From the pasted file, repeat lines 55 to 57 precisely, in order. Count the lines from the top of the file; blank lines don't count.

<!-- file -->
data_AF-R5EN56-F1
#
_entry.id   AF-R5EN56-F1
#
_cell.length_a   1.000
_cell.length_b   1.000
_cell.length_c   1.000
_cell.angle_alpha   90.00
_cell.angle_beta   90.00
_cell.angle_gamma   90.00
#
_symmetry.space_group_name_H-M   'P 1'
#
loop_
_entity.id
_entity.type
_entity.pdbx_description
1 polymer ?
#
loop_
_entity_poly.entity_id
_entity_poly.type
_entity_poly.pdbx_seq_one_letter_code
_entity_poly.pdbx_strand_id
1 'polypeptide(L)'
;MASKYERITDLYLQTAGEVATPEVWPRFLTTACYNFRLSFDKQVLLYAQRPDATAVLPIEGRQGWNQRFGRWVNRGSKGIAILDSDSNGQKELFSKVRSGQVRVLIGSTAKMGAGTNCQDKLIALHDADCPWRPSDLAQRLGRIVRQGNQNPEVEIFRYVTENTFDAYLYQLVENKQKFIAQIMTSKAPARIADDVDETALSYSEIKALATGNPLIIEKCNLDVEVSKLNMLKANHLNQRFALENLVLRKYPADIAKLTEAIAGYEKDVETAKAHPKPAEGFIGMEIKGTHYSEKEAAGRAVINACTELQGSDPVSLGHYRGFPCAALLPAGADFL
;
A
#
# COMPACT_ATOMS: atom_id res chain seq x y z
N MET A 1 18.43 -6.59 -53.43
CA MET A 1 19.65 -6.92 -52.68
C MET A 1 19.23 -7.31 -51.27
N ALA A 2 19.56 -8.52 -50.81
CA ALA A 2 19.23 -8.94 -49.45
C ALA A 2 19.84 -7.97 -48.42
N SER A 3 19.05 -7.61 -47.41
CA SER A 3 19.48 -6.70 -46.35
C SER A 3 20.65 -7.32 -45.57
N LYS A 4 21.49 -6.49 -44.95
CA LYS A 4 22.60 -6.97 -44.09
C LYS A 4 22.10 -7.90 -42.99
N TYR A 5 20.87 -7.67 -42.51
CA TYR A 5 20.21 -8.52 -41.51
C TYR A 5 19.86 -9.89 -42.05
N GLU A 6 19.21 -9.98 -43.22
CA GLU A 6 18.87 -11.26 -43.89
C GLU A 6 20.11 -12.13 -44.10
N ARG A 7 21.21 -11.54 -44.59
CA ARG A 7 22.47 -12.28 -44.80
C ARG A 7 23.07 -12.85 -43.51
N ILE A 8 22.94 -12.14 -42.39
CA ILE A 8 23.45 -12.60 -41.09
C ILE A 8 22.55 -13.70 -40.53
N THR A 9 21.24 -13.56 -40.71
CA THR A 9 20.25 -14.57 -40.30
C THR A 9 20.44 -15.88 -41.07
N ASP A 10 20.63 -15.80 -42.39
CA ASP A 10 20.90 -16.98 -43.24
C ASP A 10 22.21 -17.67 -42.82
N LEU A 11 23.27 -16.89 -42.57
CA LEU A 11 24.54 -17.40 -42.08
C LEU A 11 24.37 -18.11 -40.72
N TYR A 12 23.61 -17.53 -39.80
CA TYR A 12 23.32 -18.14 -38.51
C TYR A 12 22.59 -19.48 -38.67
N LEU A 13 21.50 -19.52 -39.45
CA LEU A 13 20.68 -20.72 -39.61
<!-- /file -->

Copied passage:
N THR A 9 21.24 -13.56 -40.71
CA THR A 9 20.25 -14.57 -40.30
C THR A 9 20.44 -15.88 -41.07